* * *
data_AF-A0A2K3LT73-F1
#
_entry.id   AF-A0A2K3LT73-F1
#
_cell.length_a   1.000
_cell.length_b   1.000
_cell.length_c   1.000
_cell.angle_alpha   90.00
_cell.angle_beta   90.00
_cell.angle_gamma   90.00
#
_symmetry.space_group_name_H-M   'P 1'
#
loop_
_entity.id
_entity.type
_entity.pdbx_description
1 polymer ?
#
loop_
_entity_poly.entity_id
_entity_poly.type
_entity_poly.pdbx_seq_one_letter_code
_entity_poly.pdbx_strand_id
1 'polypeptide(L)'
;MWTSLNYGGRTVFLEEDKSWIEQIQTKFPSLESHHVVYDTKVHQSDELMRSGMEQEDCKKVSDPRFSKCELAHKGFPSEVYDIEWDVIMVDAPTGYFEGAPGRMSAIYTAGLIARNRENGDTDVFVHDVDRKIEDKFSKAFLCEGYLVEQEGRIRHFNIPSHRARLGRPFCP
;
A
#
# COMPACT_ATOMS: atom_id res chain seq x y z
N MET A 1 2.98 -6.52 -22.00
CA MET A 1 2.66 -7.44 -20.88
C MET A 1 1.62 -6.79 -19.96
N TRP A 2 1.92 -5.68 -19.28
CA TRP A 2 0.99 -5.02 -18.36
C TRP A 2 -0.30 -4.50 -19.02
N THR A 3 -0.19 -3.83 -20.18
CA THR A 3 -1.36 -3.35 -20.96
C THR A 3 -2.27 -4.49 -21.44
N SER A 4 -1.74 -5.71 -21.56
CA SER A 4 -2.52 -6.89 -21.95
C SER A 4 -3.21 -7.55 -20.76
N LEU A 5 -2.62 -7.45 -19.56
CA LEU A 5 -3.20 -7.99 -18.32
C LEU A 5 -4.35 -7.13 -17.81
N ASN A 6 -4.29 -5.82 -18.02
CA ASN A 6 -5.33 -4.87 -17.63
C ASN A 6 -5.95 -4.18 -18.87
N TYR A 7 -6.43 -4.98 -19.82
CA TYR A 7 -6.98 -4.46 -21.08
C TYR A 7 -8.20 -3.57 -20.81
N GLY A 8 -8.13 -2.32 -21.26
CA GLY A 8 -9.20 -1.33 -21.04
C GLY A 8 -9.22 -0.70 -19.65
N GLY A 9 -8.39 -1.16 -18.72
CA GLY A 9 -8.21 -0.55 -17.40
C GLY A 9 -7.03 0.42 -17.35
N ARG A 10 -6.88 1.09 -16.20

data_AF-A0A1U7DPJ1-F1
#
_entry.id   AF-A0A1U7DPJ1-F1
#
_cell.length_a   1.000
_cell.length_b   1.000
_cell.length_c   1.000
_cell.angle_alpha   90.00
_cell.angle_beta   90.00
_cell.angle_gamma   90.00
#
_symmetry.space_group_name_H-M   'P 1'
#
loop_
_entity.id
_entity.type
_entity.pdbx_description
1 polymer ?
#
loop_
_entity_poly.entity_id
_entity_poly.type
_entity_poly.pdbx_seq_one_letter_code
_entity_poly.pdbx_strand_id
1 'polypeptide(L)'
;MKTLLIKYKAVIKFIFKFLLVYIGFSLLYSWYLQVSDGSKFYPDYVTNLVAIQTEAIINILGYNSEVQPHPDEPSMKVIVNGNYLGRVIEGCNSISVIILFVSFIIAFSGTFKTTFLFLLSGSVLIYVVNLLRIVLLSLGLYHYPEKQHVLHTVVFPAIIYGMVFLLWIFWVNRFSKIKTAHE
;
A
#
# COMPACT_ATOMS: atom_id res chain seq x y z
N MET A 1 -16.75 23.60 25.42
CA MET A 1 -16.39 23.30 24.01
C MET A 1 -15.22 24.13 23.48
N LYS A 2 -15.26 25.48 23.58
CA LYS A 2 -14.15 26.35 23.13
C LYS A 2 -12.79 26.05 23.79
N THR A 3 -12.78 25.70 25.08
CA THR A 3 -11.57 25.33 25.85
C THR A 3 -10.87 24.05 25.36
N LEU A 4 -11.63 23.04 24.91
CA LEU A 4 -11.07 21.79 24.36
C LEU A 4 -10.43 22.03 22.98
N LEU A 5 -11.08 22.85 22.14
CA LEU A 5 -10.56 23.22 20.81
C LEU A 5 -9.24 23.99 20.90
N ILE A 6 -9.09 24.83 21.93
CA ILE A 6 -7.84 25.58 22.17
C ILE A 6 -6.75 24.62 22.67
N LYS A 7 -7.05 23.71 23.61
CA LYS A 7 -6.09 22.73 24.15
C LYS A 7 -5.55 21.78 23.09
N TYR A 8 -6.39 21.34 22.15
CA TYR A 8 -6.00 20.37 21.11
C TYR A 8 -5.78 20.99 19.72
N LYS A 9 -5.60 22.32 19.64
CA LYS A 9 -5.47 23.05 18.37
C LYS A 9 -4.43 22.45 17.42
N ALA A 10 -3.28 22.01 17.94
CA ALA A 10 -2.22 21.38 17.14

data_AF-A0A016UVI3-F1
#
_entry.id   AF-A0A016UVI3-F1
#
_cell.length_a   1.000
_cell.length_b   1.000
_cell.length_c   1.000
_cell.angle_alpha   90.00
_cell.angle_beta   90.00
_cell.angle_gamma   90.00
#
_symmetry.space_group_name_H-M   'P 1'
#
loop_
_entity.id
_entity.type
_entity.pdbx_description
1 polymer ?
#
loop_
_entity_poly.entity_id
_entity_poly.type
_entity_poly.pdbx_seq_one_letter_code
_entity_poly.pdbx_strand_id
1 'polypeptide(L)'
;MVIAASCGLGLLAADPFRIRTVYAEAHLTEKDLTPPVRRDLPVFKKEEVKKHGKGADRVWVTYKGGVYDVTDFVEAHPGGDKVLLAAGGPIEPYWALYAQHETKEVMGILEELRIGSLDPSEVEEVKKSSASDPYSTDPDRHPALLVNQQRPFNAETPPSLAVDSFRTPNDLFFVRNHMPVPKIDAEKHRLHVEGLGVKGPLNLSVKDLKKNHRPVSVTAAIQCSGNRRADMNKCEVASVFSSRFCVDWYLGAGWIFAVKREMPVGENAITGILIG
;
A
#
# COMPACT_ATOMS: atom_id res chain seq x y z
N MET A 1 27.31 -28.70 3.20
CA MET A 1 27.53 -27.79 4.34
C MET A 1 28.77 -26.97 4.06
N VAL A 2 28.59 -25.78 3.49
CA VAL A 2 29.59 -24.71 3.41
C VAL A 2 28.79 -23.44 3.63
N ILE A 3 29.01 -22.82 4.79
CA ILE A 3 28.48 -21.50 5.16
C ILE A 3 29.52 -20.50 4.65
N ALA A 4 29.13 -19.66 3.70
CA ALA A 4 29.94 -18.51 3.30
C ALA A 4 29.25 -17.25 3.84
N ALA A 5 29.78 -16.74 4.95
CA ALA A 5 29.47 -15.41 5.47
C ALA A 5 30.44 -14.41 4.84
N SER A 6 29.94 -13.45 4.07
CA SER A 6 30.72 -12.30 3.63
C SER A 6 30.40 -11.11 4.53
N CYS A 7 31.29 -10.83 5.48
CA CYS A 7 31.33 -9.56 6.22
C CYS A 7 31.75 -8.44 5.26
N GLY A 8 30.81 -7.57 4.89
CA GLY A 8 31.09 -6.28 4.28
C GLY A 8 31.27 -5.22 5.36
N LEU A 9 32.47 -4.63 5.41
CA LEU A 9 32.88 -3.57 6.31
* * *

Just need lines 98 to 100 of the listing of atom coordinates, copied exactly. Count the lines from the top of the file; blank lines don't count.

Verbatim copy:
N LEU A 4 -11.63 23.04 24.91
CA LEU A 4 -11.07 21.79 24.36
C LEU A 4 -10.43 22.03 22.98